162 The Princess and the Goblin
that night, and of the talking-to which the king had given her in consequence, prevented her from saying what after all she did not half believe—having a strong suspicion that the cat was a goblin; for she knew nothing of the difference between the goblins and their creatures: she counted them all just goblins.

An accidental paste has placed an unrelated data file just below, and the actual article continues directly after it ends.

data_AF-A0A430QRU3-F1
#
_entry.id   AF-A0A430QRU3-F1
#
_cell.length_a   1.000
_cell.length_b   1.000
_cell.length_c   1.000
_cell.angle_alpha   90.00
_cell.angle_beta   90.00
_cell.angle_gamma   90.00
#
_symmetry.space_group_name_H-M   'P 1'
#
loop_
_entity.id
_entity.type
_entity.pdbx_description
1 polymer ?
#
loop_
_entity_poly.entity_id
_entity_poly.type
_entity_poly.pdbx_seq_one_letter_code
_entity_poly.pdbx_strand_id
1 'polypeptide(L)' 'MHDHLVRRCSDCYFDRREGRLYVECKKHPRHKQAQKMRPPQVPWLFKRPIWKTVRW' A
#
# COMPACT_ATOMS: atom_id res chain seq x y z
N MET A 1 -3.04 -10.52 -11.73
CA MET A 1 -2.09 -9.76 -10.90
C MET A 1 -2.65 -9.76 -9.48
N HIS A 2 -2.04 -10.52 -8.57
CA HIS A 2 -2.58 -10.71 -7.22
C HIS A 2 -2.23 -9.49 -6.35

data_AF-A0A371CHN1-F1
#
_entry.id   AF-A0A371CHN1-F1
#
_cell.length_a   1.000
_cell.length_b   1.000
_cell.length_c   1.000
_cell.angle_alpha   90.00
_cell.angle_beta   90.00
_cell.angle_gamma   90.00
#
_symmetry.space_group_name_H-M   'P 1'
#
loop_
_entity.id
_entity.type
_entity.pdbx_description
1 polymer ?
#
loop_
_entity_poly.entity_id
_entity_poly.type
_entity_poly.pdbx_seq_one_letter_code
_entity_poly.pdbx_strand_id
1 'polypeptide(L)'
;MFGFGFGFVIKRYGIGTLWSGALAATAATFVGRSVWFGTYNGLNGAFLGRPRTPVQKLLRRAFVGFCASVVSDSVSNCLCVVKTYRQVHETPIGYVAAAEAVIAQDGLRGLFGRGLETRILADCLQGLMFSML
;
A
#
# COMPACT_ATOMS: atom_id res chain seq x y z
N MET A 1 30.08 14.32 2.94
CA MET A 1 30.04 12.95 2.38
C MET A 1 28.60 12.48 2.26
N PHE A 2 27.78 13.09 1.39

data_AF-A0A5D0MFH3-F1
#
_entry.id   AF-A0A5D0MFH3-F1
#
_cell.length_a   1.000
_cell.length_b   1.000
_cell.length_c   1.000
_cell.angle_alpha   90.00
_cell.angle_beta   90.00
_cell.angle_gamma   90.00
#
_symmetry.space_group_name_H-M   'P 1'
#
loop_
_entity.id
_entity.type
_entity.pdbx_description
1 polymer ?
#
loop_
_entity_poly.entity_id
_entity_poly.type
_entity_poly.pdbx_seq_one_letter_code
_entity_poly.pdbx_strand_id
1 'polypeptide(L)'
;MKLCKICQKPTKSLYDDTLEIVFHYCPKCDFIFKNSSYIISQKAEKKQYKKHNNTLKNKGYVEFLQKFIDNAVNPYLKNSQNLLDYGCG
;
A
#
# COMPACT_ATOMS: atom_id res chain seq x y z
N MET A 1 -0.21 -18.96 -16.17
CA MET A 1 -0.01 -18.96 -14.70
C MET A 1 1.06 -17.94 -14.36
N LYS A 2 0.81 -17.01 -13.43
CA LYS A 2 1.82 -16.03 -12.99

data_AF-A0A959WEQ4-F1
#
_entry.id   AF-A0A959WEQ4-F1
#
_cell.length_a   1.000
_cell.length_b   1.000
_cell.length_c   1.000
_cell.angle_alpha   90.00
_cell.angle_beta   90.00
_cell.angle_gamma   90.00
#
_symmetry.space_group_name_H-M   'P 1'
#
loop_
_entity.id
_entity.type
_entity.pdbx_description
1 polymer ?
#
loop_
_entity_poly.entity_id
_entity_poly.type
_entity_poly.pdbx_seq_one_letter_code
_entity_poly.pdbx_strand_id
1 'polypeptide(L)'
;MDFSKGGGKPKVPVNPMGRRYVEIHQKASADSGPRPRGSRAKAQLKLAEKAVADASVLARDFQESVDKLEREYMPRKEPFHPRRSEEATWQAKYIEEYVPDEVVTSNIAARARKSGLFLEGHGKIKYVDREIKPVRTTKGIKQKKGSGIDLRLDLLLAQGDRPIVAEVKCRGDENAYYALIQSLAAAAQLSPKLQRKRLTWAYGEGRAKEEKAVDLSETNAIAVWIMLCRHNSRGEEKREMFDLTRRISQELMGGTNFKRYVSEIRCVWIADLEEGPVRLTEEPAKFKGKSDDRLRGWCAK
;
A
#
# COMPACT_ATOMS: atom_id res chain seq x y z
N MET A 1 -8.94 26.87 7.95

Without another word she went and got some fresh tea and bread and butter for the princess. Before she returned, the whole household, headed by the housekeeper, burst into the nursery to exult over their darling. The gentlemen-at-arms followed, and were ready enough to believe all she told them about the long-legged cat. Indeed, though wise enough to say nothing about it, they remembered, with no little horror, just such a creature amongst those they had surprised at their gambols upon the princess's lawn. In their own hearts they blamed themselves for not having kept better watch. And their captain gave order that from this night the front door and all the windows on the ground floor, should be locked immediately the sun set, and opened after upon no pretence whatever. The men-at-arms redoubled their vigi-